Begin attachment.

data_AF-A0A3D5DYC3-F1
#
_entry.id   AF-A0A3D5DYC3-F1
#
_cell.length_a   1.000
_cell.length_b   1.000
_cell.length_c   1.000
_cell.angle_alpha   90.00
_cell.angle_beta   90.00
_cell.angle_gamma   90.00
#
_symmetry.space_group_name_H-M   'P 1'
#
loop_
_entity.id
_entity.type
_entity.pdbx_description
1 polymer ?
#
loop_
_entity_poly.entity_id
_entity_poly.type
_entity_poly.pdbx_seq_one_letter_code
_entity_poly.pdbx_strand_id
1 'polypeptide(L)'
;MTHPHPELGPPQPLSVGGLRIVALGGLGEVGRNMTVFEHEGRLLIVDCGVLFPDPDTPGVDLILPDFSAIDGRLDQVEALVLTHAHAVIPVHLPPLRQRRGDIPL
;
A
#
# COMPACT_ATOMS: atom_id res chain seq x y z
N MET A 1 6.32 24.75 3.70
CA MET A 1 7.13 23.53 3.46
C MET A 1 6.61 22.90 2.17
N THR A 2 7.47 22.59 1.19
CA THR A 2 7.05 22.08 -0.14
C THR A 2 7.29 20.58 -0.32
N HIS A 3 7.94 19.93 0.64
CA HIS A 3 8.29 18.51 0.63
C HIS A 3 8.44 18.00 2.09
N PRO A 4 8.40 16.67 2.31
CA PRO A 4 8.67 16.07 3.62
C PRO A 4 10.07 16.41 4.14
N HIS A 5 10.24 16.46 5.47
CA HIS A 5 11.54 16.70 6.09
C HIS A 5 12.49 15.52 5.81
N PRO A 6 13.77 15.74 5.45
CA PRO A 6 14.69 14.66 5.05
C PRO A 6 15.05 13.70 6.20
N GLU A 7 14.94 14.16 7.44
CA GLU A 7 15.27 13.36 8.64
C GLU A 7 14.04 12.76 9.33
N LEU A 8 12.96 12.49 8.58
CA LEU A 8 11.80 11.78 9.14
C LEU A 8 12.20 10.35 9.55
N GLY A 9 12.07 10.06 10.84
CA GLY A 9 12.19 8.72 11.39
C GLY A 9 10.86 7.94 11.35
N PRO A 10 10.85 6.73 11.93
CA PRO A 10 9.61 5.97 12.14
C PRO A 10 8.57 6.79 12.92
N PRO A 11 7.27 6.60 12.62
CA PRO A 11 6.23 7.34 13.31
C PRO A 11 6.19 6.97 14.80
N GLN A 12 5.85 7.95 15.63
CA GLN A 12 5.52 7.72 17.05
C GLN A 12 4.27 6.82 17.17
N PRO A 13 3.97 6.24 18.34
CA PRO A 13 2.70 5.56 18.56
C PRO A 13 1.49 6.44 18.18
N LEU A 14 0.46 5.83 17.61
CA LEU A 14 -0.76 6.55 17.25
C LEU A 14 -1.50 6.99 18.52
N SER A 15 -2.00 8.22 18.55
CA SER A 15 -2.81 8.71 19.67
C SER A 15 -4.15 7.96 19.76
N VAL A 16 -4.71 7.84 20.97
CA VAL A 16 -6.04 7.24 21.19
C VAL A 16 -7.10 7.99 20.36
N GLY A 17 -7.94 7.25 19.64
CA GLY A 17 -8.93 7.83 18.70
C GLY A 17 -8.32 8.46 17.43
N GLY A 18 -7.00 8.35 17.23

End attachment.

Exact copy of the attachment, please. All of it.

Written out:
data_AF-A0A3D5DYC3-F1
#
_entry.id   AF-A0A3D5DYC3-F1
#
_cell.length_a   1.000
_cell.length_b   1.000
_cell.length_c   1.000
_cell.angle_alpha   90.00
_cell.angle_beta   90.00
_cell.angle_gamma   90.00
#
_symmetry.space_group_name_H-M   'P 1'
#
loop_
_entity.id
_entity.type
_entity.pdbx_description
1 polymer ?
#
loop_
_entity_poly.entity_id
_entity_poly.type
_entity_poly.pdbx_seq_one_letter_code
_entity_poly.pdbx_strand_id
1 'polypeptide(L)'
;MTHPHPELGPPQPLSVGGLRIVALGGLGEVGRNMTVFEHEGRLLIVDCGVLFPDPDTPGVDLILPDFSAIDGRLDQVEALVLTHAHAVIPVHLPPLRQRRGDIPL
;
A
#
# COMPACT_ATOMS: atom_id res chain seq x y z
N MET A 1 6.32 24.75 3.70
CA MET A 1 7.13 23.53 3.46
C MET A 1 6.61 22.90 2.17
N THR A 2 7.47 22.59 1.19
CA THR A 2 7.05 22.08 -0.14
C THR A 2 7.29 20.58 -0.32
N HIS A 3 7.94 19.93 0.64
CA HIS A 3 8.29 18.51 0.63
C HIS A 3 8.44 18.00 2.09
N PRO A 4 8.40 16.67 2.31
CA PRO A 4 8.67 16.07 3.62
C PRO A 4 10.07 16.41 4.14
N HIS A 5 10.24 16.46 5.47
CA HIS A 5 11.54 16.70 6.09
C HIS A 5 12.49 15.52 5.81
N PRO A 6 13.77 15.74 5.45
CA PRO A 6 14.69 14.66 5.05
C PRO A 6 15.05 13.70 6.20
N GLU A 7 14.94 14.16 7.44
CA GLU A 7 15.27 13.36 8.64
C GLU A 7 14.04 12.76 9.33
N LEU A 8 12.96 12.49 8.58
CA LEU A 8 11.80 11.78 9.14
C LEU A 8 12.20 10.35 9.55
N GLY A 9 12.07 10.06 10.84
CA GLY A 9 12.19 8.72 11.39
C GLY A 9 10.86 7.94 11.35
N PRO A 10 10.85 6.73 11.93
CA PRO A 10 9.61 5.97 12.14
C PRO A 10 8.57 6.79 12.92
N PRO A 11 7.27 6.60 12.62
CA PRO A 11 6.23 7.34 13.31
C PRO A 11 6.19 6.97 14.80
N GLN A 12 5.85 7.95 15.63
CA GLN A 12 5.52 7.72 17.05
C GLN A 12 4.27 6.82 17.17
N PRO A 13 3.97 6.24 18.34
CA PRO A 13 2.70 5.56 18.56
C PRO A 13 1.49 6.44 18.18
N LEU A 14 0.46 5.83 17.61
CA LEU A 14 -0.76 6.55 17.25
C LEU A 14 -1.50 6.99 18.52
N SER A 15 -2.00 8.22 18.55
CA SER A 15 -2.81 8.71 19.67
C SER A 15 -4.15 7.96 19.76
N VAL A 16 -4.71 7.84 20.97
CA VAL A 16 -6.04 7.24 21.19
C VAL A 16 -7.10 7.99 20.36
N GLY A 17 -7.94 7.25 19.64
CA GLY A 17 -8.93 7.83 18.70
C GLY A 17 -8.32 8.46 17.43
N GLY A 18 -7.00 8.35 17.23